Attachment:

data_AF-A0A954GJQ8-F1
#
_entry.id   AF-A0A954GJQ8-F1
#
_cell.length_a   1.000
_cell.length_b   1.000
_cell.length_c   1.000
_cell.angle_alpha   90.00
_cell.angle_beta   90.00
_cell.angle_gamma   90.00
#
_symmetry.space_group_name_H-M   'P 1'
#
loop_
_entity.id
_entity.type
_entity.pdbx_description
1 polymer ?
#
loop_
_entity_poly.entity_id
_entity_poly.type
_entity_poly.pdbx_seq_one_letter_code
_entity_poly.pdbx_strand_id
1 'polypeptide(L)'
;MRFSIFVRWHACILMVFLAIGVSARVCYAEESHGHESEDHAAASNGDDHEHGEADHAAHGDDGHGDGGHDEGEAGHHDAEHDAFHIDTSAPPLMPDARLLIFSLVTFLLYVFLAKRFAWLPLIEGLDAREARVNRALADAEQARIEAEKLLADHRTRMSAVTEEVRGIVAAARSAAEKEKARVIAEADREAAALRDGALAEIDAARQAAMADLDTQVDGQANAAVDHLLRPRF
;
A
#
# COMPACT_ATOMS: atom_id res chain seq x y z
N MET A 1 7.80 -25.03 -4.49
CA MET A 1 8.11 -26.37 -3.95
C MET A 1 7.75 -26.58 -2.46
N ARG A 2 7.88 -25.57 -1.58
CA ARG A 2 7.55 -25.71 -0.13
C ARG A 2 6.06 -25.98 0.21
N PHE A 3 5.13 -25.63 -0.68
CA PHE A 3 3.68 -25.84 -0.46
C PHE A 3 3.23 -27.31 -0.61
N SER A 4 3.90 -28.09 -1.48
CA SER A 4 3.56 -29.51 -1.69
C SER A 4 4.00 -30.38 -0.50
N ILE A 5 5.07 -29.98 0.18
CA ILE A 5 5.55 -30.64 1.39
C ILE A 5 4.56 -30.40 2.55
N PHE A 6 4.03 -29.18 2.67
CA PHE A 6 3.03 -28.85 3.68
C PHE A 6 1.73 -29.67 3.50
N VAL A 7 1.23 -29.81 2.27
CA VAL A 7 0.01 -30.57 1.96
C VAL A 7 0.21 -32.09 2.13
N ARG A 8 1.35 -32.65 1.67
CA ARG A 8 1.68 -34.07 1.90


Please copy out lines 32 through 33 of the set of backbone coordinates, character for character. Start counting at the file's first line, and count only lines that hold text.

CA MET A 1 8.11 -26.37 -3.95
C MET A 1 7.75 -26.58 -2.46